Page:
The tone of this opinion piece is too wildly polemical for my taste (as is the author’s bizarre non sequitur of a tangent about racism), but the subject, the thesis, the supporting evidence, and the writer’s reasoning and conclusion are quite significant: “To really understand the desperation behind TED’s censorship and attempted suppression of ideas from people like [Graham] Hancock and [Rupert] Sheldrake, you first have to understand why the idea of consciousness is so incredibly dangerous to the mythology of modern-day science.” Read this in tandem with the item directly below.

Science vs. Pseudoscience (The Huffington Post)
Read this in tandem with the item directly above. It’s written by computational scientist, emeritus professor of mathematics, and former NASA researcher Dave Pruett, and it explores the epic pro-materialist/anti-consciousness bias of what we call mainstream science, using the Sheldrake and Hancock TED controversy as a starting point: “Sheldrake’s and Graham’s offense: proposing the unorthodox view that consciousness is nonlocal. . . . Nonlocality is now mainstream in physics. Psi phenomena strongly suggest that consciousness is also both nonlocal and collective. Were mainstream science able to relax its rigid orthodoxy, rigorous scientific investigations could help to confirm or refute this hypothesis, to shed light on the numinous qualities of the cosmos, and to probe the full potential of the human being.”

I Dream of Genius (Joseph Epstein for Commentary Magazine)
An excellent, concise history of the very idea of “genius,” including a look at its previous meaning in the form of the Socratic daimon and the Roman genius spirit and the way this was fatefully altered in Western cultural history: “The dividing line for our understanding of genius was the 18th century. In an emerging secular age, Descartes and Voltaire removed the tutelary-angel aspect from the conception. . . . Men were no longer thought to have genius but to be geniuses. . . . Genius, meanwhile, remains the least understood of all kinds of intelligence. The explanation for the existence of geniuses and accounting for their extraordinary powers have thus far eluded all attempts at scientific study. . . . I find it pleasing that science cannot account for genius. I do not myself believe in miracles, but I do have a strong taste for mysteries, and the presence, usually at lengthy intervals, of geniuses is among the great ones.”

Slash on His New Horror Film, Nothing Left to Fear (The Huffington Post)
Guns N’ Roses guitarist Slash has co-produced and written the score for a new horror film. Here he talks about the film and his lifelong relationship to the genre, with references to H. P. Lovecraft, Edgar Allan Poe, Ray Bradbury, Stephen King, Stanley Kubrick, Orson Welles, Night of the Living Dead, The Twilight Zone, and The Outer Limits. He also comes off as quite reflective and well-spoken. Okay, mind officially blown.

Aleister Crowley and esoteric art open window to the sacred (The Sydney Morning Herald)
“[Crowley’s] landscapes and trance paintings were created as part of his occult practices and influenced by symbolism and expressionism, says curator Robert Buratti. . . . Buratti says esoteric art is usually part of a personal spiritual practice, often of a ritual or magical nature. ‘It fundamentally asks the artist to delve into their own existence, and the artwork functions like a diary of that ordeal or a prompt to delve even further,’ he says. He says esoteric artists such as [Rosaleen] Norton and James Gleeson, the father of Australian Surrealism, use techniques like meditative trance to find a deeper truth.”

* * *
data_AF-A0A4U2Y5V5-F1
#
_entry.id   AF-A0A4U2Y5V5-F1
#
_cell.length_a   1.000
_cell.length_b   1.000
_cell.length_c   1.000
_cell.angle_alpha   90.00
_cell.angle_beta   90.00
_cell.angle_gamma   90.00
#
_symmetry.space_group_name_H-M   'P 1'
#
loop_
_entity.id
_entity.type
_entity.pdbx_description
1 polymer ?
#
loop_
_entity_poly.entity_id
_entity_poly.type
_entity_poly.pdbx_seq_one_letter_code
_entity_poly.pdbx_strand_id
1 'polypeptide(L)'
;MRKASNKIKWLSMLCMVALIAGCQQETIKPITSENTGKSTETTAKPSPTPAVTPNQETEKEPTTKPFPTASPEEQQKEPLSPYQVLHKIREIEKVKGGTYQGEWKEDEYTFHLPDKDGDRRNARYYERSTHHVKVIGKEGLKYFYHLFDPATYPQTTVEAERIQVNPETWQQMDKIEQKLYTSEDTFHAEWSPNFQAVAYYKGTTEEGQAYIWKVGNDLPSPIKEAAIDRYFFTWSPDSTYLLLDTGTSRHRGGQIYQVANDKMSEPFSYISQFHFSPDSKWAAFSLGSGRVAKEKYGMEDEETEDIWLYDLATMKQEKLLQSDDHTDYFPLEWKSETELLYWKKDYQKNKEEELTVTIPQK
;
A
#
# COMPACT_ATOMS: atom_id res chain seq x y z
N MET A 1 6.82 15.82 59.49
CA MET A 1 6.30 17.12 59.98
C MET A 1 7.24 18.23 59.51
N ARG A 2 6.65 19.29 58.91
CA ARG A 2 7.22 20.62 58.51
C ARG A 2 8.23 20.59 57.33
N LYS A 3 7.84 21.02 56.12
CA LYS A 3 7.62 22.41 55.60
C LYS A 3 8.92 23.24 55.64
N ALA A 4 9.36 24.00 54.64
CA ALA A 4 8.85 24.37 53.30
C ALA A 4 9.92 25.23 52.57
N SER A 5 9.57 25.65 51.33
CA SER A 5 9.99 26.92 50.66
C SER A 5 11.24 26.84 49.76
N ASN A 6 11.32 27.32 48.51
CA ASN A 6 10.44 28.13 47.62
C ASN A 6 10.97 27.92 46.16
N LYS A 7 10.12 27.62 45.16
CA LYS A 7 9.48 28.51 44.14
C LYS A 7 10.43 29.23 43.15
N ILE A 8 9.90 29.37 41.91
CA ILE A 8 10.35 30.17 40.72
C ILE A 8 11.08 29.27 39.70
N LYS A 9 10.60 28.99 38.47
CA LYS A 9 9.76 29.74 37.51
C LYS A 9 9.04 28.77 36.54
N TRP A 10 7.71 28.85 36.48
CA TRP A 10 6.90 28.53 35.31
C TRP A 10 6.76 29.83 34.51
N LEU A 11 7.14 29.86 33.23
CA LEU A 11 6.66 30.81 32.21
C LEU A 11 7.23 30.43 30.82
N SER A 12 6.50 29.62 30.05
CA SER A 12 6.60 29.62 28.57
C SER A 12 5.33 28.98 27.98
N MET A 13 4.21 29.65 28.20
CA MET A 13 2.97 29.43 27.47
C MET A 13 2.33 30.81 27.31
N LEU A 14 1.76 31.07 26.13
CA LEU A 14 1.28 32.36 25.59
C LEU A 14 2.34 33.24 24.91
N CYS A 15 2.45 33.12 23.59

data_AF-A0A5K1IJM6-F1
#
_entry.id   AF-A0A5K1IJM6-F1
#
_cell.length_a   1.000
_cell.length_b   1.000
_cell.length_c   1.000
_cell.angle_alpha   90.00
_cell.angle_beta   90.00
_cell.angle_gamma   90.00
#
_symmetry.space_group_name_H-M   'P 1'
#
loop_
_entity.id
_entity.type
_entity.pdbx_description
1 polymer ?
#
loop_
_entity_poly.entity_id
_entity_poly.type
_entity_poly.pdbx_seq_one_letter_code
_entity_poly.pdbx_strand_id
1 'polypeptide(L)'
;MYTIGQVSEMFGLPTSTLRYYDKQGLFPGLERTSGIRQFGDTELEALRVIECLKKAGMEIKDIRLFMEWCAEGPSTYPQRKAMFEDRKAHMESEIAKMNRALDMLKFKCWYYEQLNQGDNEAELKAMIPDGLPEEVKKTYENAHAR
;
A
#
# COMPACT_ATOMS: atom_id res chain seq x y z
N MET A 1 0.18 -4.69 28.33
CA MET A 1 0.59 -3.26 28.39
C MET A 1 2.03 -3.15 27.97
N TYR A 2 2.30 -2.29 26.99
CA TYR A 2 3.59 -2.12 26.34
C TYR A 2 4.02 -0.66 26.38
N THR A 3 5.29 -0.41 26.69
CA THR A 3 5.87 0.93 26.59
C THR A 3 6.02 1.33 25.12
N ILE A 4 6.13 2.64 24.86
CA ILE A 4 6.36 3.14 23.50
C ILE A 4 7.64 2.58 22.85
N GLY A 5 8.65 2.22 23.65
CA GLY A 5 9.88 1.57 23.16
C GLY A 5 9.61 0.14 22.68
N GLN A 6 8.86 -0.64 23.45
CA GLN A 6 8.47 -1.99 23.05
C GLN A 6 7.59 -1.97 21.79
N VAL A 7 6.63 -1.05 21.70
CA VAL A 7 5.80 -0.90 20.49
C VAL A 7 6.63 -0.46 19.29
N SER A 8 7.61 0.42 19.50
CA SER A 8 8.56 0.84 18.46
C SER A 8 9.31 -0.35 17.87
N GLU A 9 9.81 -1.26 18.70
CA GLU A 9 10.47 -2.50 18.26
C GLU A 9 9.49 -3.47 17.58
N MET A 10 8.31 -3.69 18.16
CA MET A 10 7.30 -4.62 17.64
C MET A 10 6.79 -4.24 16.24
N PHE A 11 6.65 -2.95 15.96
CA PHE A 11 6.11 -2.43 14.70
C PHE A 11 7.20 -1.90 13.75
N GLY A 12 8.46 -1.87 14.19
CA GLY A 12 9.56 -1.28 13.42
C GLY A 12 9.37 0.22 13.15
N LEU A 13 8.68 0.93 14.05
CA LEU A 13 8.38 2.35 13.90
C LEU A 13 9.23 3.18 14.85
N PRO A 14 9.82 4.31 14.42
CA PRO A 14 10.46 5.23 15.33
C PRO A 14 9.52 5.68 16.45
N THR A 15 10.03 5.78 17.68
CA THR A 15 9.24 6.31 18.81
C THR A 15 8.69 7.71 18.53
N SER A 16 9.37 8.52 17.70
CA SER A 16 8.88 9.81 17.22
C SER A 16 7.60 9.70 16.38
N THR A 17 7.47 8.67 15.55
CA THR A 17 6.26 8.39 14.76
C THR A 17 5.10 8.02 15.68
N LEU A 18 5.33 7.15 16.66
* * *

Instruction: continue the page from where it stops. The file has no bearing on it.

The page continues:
Teeming Links – July 19, 2013

FireHeadImage courtesy of Salvatore Vuono / FreeDigitalPhotos.net

Locking Out the Voices of Dissent (Truthdig)
Chris Hedges on how the security and surveillance state, after crushing the Occupy movement and eradicating its encampments, has mounted a relentless and largely clandestine campaign to deny public space to any group or movement that might spawn another popular uprising.

Tomorrow’s Surveillance: Everyone, Everywhere, All the Time (TechCrunch)
What civil libertarians should be worried about isn’t online snooping and wiretapping. It’s the surveillance that’s already becoming pervasive, if not ubiquitous, throughout the real, physical world. It’s a government that knows where you are at all times, and has an indelible record of everywhere you’ve ever been, and everything you’ve ever done in any public space.

NSA scandal delivers record numbers of internet users to DuckDuckGo (The Guardian)
Gabriel Weinberg, founder of search engine with zero tracking, credits Prism revelations with prompting huge rise in traffic

DHS warns employees not to read leaked NSA information (The Washington Post)
The Department of Homeland Security has warned its employees that the government may penalize them for opening a Washington Post article containing a classified slide that shows how the National Security Agency eavesdrops on international communications.

The Social-Media Bubble Is Quietly Deflating (Bloomberg Businessweek)
New buzzwords have arrived: Big data and cloud companies are grabbing the imaginations of venture capitalists.

Thank You For Using The Internet! We Regret To Inform You That Your Free Trial Has Expired. (BuzzFeed)